Chester Roman Amphitheatre

Chester Roman Amphitheatre
Chester Roman Amphitheatre was built in the late first century AD, when many such buildings were being constructed throughout the Roman Empire. It lay just outside the south-east corner of the Roman legionary fortress, and was probably used both for entertainments and for practising troop manoeuvres and weapon training. Only about two-fifths of the oval amphitheatre is visible; the rest lies unexcavated behind the brick wall. In the excavated part, two entrances have been exposed: the larger lies on the long axis to the north, while the smaller lies on the short axis to the east. Lining the arena is the original stone wall, although, owing to later removal, some sections are missing and there is modern concrete backing. Excavations in the 1960s suggested that the building was originally constructed entirely of wood, but further archaeological investigation in 2001 cast doubt on this theory. The stone structure seen today had an outer wall 9 feet (2.7 metres) thick, marked out by concrete slabs set in the grass. Inside it ran a corridor linking the entrances that led to stairways taking the spectators up into the seating area. There are many shops, food outlets and facilities nearby in the city centre, and the grounds of the amphitheatre are a great spot for a picnic.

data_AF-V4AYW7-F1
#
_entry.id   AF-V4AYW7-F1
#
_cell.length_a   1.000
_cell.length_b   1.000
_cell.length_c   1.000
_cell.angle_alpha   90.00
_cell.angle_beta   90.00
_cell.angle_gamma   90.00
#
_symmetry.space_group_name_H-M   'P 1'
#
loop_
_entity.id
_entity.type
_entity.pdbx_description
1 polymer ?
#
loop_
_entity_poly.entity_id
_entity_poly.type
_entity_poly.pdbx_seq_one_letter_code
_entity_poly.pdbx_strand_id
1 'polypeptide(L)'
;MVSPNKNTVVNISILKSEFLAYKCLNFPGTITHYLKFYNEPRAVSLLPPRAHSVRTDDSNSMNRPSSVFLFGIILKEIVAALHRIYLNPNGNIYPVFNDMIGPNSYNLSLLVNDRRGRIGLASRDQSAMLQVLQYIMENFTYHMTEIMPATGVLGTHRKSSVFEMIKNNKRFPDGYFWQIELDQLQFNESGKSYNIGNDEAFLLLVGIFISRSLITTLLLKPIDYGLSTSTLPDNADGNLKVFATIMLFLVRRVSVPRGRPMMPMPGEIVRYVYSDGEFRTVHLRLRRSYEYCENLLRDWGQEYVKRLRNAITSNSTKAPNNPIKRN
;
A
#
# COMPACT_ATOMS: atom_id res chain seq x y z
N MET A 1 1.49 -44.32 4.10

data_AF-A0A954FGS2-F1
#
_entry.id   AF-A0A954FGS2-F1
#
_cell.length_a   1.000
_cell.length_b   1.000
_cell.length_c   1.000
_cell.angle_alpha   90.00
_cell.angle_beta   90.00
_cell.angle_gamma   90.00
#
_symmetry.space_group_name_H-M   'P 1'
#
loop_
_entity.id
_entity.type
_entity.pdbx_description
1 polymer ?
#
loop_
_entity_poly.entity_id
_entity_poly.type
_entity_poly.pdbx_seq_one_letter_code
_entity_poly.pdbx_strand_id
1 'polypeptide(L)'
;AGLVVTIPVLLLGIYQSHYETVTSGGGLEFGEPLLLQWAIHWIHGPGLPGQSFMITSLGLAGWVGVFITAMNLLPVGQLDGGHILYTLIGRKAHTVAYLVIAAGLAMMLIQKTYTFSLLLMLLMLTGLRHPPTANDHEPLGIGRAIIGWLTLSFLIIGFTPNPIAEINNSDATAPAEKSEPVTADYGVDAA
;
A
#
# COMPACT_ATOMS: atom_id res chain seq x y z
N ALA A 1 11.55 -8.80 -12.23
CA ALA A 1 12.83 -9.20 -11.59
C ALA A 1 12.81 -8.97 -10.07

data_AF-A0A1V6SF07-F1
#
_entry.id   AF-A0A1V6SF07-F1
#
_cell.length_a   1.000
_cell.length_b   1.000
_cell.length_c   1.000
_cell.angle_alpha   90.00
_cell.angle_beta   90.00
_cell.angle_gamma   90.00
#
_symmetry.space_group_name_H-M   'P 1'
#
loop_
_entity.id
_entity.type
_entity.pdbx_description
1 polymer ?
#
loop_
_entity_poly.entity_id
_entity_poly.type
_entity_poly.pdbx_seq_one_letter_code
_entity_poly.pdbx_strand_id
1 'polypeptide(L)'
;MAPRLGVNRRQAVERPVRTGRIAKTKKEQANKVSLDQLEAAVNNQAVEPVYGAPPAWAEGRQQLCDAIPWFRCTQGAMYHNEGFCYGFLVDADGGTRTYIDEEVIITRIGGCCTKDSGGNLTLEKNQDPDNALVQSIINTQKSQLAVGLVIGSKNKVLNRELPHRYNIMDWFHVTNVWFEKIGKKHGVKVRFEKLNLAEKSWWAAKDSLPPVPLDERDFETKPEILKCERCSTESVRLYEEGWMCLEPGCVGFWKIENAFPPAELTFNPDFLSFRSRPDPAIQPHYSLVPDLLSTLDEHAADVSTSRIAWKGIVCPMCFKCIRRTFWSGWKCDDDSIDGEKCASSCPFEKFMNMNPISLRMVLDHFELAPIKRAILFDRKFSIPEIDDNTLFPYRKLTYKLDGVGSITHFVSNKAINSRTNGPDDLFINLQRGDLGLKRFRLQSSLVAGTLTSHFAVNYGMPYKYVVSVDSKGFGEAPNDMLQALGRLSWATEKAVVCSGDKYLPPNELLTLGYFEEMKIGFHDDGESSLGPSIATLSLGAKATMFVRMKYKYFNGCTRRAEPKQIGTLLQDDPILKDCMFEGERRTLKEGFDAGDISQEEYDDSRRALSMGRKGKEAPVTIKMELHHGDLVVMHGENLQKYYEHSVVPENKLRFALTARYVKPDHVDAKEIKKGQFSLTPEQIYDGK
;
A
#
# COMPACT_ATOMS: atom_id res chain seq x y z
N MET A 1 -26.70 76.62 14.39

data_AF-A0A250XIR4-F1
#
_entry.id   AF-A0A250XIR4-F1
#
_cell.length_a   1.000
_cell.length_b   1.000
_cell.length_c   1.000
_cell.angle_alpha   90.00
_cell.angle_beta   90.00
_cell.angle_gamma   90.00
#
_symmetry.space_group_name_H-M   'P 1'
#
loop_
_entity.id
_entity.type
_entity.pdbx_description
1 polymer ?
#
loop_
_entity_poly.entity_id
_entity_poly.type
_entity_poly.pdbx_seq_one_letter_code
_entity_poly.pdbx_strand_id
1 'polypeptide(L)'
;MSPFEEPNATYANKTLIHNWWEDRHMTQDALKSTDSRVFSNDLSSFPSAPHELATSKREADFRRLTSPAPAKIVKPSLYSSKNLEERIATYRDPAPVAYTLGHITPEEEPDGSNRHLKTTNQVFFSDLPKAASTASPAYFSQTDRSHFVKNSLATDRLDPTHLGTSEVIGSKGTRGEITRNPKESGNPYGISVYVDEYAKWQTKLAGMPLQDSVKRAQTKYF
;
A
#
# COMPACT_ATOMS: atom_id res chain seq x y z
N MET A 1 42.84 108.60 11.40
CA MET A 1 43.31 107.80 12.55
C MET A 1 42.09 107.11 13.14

Chester Roman Amphitheatre, Vicar’s Lane, Chester, CH1 2HS


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